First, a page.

I think that’s the hardest part. A lot of people say he “came home,” but when they’re injured they don’t get to come home. During the deployment I was at home with my kids. I was able to focus on everyday life and have that distraction. But when he was injured, I was then uprooted too. I didn’t have normalcy either.
Now, all these years later, what does your marriage look like?
Still to this day, because of his injuries, I don’t know if he’s gonna wake up with the ability to put on his prosthetics on. He gets around great on the days he can wear them, but he could go to bed tonight and get an infection from an ingrown hair that rubs and creates a boil, and tomorrow we’re back in wheelchair-mode. It’s just never the same, even when you think you’ve got it figured out. Just going to the mall, he could end up blowing out his knees.
Do you worry that he’s going to push himself too far?
I really have to trust that he’s actually doing all the medical things he needs to. I’ll say, “Did you take your legs off for 30 minutes and give them a break when you were on that trip last week?” “Yeah, sure babe.” But you know, I have to trust that he did.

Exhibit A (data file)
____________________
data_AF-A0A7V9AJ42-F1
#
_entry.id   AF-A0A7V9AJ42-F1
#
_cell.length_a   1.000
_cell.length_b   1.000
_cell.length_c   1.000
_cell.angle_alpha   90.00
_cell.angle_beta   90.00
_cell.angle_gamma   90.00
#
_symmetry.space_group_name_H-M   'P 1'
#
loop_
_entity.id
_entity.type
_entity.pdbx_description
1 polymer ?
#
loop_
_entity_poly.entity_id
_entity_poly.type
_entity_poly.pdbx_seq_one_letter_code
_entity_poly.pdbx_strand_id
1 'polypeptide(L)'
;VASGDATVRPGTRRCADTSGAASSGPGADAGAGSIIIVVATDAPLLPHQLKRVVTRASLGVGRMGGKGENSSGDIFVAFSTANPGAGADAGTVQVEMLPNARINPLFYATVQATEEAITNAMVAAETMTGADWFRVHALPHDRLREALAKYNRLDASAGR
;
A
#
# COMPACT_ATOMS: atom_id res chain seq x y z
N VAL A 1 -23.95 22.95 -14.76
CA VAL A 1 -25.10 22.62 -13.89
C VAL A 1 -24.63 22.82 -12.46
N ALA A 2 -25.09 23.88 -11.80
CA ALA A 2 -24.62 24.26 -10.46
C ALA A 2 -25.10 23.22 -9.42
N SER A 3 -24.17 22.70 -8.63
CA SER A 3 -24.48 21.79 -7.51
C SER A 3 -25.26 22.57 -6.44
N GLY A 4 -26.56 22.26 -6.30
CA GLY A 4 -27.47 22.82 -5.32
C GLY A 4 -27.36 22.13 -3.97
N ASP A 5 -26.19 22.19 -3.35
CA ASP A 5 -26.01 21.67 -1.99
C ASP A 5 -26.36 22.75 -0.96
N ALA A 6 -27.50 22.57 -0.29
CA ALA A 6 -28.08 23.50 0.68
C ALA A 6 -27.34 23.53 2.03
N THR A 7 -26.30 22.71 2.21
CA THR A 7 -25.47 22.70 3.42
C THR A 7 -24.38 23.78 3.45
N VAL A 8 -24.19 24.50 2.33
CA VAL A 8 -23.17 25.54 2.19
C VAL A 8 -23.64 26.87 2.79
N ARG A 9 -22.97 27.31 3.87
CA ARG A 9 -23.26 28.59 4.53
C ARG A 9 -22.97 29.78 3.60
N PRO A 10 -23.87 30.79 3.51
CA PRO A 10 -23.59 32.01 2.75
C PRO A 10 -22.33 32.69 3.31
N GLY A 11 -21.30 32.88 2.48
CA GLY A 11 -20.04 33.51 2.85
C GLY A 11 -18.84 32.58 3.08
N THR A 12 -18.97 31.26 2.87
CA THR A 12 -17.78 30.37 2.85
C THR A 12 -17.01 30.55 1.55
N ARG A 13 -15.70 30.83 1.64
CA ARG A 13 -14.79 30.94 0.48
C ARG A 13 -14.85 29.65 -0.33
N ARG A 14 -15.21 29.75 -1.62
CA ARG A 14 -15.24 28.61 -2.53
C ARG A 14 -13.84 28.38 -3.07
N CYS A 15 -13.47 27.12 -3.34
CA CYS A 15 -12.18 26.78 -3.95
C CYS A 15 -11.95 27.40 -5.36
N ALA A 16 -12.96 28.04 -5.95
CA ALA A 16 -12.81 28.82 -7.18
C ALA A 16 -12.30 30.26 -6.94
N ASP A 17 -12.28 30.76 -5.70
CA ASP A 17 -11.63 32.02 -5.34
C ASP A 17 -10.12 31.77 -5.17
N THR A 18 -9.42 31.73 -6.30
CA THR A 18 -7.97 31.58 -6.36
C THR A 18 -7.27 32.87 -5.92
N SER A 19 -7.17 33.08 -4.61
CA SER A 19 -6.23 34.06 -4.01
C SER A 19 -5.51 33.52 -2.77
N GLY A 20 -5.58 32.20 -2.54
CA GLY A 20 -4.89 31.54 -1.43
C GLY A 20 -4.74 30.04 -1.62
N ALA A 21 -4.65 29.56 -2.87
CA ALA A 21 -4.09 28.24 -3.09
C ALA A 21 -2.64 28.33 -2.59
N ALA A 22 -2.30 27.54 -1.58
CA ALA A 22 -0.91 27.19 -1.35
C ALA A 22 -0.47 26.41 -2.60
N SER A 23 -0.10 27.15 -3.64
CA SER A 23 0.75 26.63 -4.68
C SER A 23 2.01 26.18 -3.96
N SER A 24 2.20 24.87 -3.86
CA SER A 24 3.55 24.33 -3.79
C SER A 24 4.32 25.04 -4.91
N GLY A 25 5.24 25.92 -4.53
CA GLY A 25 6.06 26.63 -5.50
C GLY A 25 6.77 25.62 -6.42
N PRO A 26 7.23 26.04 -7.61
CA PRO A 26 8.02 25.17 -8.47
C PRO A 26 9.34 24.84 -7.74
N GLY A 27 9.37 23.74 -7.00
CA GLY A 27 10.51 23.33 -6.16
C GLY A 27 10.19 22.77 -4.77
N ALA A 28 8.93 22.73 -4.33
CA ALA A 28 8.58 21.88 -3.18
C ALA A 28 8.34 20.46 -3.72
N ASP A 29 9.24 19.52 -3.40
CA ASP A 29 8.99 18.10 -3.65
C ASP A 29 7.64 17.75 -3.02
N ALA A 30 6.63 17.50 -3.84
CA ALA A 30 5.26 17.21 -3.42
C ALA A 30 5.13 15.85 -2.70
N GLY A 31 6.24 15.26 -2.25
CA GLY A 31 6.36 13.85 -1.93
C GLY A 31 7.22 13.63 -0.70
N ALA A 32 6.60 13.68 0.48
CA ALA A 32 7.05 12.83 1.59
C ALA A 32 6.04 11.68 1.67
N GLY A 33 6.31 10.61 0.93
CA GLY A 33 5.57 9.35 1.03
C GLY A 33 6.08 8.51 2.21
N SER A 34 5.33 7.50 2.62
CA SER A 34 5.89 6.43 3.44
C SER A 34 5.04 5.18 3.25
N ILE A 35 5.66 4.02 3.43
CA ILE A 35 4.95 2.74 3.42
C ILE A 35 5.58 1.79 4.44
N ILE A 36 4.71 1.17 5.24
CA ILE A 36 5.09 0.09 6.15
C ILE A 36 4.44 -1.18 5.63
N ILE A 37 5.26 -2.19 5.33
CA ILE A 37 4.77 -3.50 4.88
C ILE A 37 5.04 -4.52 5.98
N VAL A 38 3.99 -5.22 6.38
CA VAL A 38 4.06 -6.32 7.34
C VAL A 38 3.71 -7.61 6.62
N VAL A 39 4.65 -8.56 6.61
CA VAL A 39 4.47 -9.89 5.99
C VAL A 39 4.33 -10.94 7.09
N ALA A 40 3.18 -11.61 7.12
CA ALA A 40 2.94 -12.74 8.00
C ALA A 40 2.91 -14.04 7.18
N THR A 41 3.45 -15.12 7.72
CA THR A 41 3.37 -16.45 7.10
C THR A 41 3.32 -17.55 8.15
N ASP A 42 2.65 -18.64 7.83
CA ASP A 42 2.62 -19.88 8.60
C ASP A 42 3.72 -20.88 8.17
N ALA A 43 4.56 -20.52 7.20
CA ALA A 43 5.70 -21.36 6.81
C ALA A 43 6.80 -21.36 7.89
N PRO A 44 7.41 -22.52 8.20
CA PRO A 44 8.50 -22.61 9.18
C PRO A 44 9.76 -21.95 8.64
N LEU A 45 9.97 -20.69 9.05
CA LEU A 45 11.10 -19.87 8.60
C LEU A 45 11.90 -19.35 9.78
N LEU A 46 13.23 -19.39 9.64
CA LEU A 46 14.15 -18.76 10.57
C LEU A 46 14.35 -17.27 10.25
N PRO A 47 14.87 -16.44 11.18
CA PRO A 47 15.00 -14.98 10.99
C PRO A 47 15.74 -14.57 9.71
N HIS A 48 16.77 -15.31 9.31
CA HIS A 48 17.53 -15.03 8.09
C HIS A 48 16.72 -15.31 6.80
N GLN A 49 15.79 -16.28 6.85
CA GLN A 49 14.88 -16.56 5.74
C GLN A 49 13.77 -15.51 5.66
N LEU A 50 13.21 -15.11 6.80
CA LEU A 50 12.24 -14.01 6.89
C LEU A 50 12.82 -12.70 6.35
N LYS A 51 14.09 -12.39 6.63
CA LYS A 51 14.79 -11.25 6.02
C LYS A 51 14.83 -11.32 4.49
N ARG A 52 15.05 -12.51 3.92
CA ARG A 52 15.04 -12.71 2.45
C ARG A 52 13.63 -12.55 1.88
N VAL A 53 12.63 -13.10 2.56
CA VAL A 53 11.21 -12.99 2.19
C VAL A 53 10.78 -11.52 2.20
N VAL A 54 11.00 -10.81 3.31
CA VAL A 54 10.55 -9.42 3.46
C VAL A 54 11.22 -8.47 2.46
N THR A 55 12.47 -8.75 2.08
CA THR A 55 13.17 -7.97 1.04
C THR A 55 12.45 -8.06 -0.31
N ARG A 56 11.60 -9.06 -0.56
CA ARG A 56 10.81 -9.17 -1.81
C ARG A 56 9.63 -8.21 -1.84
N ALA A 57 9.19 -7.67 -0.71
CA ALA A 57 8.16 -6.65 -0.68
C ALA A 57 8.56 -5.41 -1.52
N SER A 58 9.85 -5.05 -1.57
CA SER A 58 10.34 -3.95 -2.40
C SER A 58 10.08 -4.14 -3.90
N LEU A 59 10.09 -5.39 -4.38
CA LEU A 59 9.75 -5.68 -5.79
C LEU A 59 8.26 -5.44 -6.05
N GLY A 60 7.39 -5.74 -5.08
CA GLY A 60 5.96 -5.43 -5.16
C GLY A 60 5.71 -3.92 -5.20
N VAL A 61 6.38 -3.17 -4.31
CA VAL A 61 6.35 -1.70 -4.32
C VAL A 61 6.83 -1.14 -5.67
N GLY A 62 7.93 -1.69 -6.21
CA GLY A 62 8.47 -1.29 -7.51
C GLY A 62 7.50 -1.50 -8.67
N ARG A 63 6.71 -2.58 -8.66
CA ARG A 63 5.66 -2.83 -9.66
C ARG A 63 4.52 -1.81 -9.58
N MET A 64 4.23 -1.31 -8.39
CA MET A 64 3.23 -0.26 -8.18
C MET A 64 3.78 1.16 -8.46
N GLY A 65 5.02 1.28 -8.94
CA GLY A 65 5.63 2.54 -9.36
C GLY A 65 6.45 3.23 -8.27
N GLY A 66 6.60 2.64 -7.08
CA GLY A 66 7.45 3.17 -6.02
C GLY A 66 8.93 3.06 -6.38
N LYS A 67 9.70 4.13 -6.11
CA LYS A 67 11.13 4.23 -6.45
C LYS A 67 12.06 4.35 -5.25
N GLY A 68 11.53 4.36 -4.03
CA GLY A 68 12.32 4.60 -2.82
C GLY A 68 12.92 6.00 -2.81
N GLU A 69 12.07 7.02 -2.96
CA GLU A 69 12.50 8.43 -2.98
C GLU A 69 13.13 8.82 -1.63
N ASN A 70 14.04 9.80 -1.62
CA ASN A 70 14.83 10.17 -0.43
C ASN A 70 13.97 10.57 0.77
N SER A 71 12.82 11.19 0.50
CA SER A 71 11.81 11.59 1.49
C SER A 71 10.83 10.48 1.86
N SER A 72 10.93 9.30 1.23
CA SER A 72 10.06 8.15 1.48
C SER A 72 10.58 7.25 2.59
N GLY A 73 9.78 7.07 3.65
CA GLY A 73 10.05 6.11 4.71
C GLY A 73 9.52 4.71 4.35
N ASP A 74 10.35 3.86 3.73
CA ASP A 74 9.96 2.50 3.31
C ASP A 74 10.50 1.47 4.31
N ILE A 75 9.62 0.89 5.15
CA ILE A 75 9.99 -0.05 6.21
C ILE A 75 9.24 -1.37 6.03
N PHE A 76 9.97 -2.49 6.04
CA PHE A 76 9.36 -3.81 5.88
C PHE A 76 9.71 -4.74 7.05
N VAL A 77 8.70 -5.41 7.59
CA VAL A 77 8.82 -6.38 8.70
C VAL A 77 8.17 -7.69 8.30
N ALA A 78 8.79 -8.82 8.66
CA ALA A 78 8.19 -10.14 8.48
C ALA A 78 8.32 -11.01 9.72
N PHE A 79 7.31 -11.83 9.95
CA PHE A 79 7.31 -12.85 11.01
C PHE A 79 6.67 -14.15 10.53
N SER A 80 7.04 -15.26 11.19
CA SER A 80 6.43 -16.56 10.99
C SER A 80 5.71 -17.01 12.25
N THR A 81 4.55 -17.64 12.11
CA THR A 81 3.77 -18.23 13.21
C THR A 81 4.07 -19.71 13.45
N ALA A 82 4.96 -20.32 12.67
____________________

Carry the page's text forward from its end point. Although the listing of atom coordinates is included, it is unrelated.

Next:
I don’t want to make any assumptions just because he’s in the military, but if he was the alpha type before, does it frustrate him to have to lean on you now?
It made it very difficult. He always jokes around, but some of his jokes … he’ll say things like, “ I’m 102 pounds and I can’t get into the shower anymore; my wife has to lift me up and carry me.” He really doesn’t like the “Can you do this for me?” Which is great for me, because it’s less work, but sometimes it’s frustrating to see him go through that, feel like he can’t ask for help because he’s a guy. Sometimes I have to break it down and be like “Look, there are just some things I can do better than you, I don’t know what to tell you.”
Chivalry is not dead with my husband. He opens the door for me every chance he gets. He always has the breadwinner mentality, like, I should be the one providing. Our dynamic was a lot like that before, but he was always and still is very active in his kids’ lives. He’s grown his hair out a little bit, so he lets his daughter braid his hair. He lets his wife go on a girls’ weekend, and he stays with the kids. Now that I’ve graduated from school and I have my own source of income, I think it maybe hurts his ego a little bit, but he does so many things that I can’t. So there’s balance.
What do you like about the day-to-day of your marriage?
I like that I get to see his face every day. I do. I like that I never had to use any of the plans that we thought we’d have to use. You have to decide to stay together every day. You have to wake up every morning and look at somebody and say, “Yeah, I actually want to try for you today.” Maybe the fact that he still wakes up and does that is what keeps us together. I could’ve been waking up every morning like “I’m done with you,” and he’d be like “You are not done with me.”
*A version of this article appears in the April 1, 2019, issue of New York Magazine. Subscribe Now!